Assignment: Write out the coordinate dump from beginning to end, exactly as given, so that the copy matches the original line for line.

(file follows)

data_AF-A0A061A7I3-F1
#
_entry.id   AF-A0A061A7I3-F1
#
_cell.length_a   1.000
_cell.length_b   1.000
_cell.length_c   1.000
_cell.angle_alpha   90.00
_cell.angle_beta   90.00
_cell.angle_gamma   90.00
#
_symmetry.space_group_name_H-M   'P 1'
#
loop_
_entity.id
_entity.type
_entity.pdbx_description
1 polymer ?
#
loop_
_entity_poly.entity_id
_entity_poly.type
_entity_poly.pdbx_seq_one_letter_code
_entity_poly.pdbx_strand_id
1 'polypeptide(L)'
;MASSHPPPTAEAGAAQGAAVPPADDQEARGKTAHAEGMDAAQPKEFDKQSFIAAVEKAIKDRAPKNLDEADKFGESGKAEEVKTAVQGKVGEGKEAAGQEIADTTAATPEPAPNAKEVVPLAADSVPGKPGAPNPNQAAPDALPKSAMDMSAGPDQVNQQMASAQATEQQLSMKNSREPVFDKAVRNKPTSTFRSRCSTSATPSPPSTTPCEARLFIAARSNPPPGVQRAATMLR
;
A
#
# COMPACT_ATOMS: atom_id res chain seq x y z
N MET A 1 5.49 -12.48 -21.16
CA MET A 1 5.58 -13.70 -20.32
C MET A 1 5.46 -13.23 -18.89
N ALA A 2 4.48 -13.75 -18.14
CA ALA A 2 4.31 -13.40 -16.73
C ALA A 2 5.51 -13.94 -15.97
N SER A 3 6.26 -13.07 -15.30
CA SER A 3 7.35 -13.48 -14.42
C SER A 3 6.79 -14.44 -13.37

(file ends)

data_AF-A0A061A7I3-F1
#
_entry.id   AF-A0A061A7I3-F1
#
_cell.length_a   1.000
_cell.length_b   1.000
_cell.length_c   1.000
_cell.angle_alpha   90.00
_cell.angle_beta   90.00
_cell.angle_gamma   90.00
#
_symmetry.space_group_name_H-M   'P 1'
#
loop_
_entity.id
_entity.type
_entity.pdbx_description
1 polymer ?
#
loop_
_entity_poly.entity_id
_entity_poly.type
_entity_poly.pdbx_seq_one_letter_code
_entity_poly.pdbx_strand_id
1 'polypeptide(L)'
;MASSHPPPTAEAGAAQGAAVPPADDQEARGKTAHAEGMDAAQPKEFDKQSFIAAVEKAIKDRAPKNLDEADKFGESGKAEEVKTAVQGKVGEGKEAAGQEIADTTAATPEPAPNAKEVVPLAADSVPGKPGAPNPNQAAPDALPKSAMDMSAGPDQVNQQMASAQATEQQLSMKNSREPVFDKAVRNKPTSTFRSRCSTSATPSPPSTTPCEARLFIAARSNPPPGVQRAATMLR
;
A
#
# COMPACT_ATOMS: atom_id res chain seq x y z
N MET A 1 5.49 -12.48 -21.16
CA MET A 1 5.58 -13.70 -20.32
C MET A 1 5.46 -13.23 -18.89
N ALA A 2 4.48 -13.75 -18.14
CA ALA A 2 4.31 -13.40 -16.73
C ALA A 2 5.51 -13.94 -15.97
N SER A 3 6.26 -13.07 -15.30
CA SER A 3 7.35 -13.48 -14.42
C SER A 3 6.79 -14.44 -13.37